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Why the Candidates Still Use FDR as Their Measure
It’s not surprising that Democrats seek to wrap themselves in the Roosevelt cloak; what’s harder to understand is why so many Republicans do too. A distinguished historian explains.
February 1988 | Volume 39, Issue 1
FDR’s role as civic educator frequently took a decidedly partisan turn, for he proved to be an especially effective party leader. In 1932, in an election that unraveled traditional party ties, he became the first Democrat elected to the White House with a popular majority since Franklin Pierce eighty years before. Yet this heady triumph, reflecting resentment at Hoover more than approval for FDR and the Democrats, might have been short-lived if Roosevelt had not built a constituency of lower-income ethnic voters in the great cities tenuously allied with white voters in the Solid South.
He brought into his administration former Republicans such as Henry Wallace and Harold Ickes; enticed hundreds of thousands of Socialists, such as the future California congressman Jerry Voorhis, to join the Democrats; worked with anti-Tammany leaders like Fiorello La Guardia in New York; backed the independent George Norris against the Democratic party’s official nominee in Nebraska; and forged alliances with third parties such as the American Labor party. In 1938 he even attempted, largely unsuccessfully, to “purge” conservative Democrats from the party and in World War II may even have sought to unite liberal Republicans of the Wendell Willkie sort with liberal Democrats in a new party, though the details of that putative arrangement are obscure.
Roosevelt won such a huge following both for himself and for his party by putting together the most ambitious legislative program in the history of the country, thereby considerably enhancing the role of the President as chief legislator. He was not the first chief executive in this century to adopt that role, but he developed the techniques to a point beyond any to which they had been carried before. He made wide use of the device of special messages, and he accompanied these communications with drafts of proposed bills. He wrote letters to committee chairmen or members of Congress to urge passage of his proposals; summoned the congressional leadership to White House conferences on legislation; used agents like the presidential adviser Tommy Corcoran on Capitol Hill to corral maverick Democrats; and revived the practice of appearing in person before Congress. He made even the hitherto mundane business of bill signing an occasion for political theater; it was he who initiated the custom of giving a presidential pen to a congressional sponsor of legislation as a memento. In the First Hundred Days, Roosevelt adroitly dangled promises of patronage before congressmen, but without delivering on them until he had the legislation he wanted. The result, as one commentator put it, was that “his relations with Congress were to the very end of the session tinged with a shade of expectancy which is the best part of young love.”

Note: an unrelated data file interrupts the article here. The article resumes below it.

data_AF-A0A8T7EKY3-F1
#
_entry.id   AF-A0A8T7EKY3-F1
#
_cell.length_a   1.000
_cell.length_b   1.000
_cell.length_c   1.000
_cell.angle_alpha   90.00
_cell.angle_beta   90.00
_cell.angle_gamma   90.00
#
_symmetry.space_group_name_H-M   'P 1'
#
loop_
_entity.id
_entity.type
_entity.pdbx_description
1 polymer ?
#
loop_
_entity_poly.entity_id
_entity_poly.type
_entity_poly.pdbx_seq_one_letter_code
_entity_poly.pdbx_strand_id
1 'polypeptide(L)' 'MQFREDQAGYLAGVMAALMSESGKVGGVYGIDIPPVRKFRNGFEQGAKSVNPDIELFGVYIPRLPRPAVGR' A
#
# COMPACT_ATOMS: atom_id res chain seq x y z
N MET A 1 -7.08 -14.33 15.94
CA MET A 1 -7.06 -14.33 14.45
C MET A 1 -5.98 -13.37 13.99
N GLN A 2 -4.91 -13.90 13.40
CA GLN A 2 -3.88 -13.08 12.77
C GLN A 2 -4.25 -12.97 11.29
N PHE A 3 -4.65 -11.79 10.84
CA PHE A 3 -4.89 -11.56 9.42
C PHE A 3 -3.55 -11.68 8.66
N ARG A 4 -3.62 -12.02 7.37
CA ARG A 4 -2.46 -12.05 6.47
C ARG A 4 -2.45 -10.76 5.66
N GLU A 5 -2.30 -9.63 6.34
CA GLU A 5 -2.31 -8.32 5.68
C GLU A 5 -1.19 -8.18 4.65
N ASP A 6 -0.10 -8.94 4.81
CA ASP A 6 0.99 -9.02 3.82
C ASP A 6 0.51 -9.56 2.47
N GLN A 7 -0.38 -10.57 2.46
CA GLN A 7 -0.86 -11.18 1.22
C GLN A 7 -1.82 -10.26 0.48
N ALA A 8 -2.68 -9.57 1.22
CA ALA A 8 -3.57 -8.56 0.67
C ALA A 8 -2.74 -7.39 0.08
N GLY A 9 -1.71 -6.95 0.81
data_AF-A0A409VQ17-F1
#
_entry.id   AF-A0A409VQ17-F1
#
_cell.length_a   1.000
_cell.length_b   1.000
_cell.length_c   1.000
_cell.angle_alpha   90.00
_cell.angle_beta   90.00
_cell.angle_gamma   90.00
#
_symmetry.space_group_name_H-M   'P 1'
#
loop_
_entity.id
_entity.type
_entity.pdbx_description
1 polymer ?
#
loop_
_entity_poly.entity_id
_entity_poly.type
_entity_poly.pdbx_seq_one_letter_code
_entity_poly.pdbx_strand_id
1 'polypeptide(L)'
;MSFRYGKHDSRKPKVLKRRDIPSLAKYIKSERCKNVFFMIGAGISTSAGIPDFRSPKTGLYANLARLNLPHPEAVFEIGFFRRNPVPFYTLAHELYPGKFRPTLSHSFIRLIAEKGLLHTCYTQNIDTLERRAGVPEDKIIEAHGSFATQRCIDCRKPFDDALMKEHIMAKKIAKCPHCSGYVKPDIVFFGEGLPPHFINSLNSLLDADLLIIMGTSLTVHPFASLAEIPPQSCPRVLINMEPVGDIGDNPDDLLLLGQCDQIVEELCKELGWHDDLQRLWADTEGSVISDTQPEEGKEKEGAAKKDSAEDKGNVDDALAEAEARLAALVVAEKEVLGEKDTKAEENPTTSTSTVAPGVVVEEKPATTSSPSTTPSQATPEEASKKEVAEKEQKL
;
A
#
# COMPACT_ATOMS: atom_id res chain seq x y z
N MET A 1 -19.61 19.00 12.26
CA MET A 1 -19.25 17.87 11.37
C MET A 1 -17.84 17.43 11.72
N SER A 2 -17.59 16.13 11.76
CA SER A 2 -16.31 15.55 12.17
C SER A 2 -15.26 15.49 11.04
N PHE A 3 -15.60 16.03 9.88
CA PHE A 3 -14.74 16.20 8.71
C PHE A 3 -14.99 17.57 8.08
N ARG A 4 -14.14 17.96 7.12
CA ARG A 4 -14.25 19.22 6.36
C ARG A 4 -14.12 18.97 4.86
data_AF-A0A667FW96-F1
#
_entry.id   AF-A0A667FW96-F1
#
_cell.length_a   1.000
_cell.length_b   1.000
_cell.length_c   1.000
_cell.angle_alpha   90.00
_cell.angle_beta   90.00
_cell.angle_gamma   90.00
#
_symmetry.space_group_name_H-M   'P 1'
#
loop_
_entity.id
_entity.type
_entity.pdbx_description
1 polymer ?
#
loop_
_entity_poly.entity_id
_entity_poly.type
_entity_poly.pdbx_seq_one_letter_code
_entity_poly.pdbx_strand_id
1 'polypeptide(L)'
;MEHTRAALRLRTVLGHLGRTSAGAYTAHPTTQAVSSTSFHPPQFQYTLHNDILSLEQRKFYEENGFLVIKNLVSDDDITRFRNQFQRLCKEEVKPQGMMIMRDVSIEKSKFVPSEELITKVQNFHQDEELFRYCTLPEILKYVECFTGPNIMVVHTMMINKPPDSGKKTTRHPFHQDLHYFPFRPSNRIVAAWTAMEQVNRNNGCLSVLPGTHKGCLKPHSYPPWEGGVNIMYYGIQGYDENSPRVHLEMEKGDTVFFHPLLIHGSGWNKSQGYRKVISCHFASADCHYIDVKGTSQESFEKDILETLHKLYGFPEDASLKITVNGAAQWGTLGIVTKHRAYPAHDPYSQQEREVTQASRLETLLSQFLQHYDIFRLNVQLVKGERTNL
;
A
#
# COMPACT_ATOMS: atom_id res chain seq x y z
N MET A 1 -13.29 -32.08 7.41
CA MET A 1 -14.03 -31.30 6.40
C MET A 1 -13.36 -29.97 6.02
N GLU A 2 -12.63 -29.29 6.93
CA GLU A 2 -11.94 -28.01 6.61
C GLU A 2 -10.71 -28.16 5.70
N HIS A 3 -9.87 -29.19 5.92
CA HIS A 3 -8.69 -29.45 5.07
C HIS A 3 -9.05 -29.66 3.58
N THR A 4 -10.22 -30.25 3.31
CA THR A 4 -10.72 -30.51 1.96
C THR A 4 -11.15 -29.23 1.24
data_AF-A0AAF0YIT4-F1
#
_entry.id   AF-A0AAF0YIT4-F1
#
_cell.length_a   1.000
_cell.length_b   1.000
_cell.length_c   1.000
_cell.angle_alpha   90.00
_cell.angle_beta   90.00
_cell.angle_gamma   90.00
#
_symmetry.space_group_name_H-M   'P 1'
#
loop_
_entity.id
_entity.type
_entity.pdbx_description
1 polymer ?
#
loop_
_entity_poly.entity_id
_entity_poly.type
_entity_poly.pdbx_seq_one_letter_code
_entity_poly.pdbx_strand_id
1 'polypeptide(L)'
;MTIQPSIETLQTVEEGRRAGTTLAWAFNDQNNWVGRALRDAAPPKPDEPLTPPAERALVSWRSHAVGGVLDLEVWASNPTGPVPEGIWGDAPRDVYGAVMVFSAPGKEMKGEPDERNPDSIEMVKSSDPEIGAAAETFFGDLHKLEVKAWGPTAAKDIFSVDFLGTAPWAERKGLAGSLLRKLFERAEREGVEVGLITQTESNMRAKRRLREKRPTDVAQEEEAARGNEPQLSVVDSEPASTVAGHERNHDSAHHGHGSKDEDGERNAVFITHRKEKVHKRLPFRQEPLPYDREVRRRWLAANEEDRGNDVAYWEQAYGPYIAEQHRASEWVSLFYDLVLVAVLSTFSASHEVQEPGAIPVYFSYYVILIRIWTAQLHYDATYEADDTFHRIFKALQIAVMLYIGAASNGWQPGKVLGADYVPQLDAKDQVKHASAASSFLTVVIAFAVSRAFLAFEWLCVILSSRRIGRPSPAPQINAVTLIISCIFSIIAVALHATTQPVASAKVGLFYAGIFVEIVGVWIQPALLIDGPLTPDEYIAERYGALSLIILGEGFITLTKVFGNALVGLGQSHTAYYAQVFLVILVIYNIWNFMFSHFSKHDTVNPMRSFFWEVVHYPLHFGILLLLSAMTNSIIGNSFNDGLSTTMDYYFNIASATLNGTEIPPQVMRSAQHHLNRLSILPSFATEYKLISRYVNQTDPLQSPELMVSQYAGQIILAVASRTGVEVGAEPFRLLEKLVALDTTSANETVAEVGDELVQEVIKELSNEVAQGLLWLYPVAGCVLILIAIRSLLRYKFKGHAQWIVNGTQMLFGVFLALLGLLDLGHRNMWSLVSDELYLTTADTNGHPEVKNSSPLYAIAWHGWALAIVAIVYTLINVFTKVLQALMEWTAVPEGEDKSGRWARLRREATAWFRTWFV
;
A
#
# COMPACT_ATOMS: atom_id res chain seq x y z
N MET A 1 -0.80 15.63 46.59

To the dismay of the Republican leadership, Roosevelt showed himself to be a past master not just at coddling his supporters in Congress but at disarming would-be opponents. The conservative Republican congressman Joseph W. Martin, who had the responsibility of insulating his party members in the House from FDR’s charm, complained that the President, “laughing, talking, and poking the air with his long cigarette holder,” was so magnetic that he “bamboozled” even members of the opposition. Martin resented that he had to rescue opposition members from the perilous “moon glow.”
To be sure, FDR’s success with Congress has often been exaggerated. The Congress of the First Hundred Days, it has been said, “did not so much debate the bills it passed…as salute them as they went sailing by,” but in later years Congress passed the bonus bill over his veto; shelved his “Court-packing” plan; and, on neutrality policy, bound the President like Gulliver. After the enactment of the Fair Labor Standards law in 1938, Roosevelt was unable to win congressional approval of any further New Deal legislation. Moreover, some of the main New Deal measures credited to Roosevelt were proposals originating in Congress that he either outrightly opposed or accepted only at the last moment, such as federal insurance of bank deposits, the Wagner Act, and public housing. In fact, by latter-day standards, his operation on the Hill was primitive. He had no congressional liaison office, and he paid too little attention to rank-and-file members.
Still, Roosevelt’s skill as chief legislator is undeniable. A political scientist has stated: “The most dramatic transformation in the relationship between the presidency and Congress occurred during the first two terms of Franklin D. Roosevelt. FDR changed the power ratio between Congress and the White House, publicly taking it upon himself to act as the leader of Congress at a time of deepening crisis in the nation. More than any other president, FDR established the model of the most powerful legislative presidency on which the public’s expectations still are anchored.”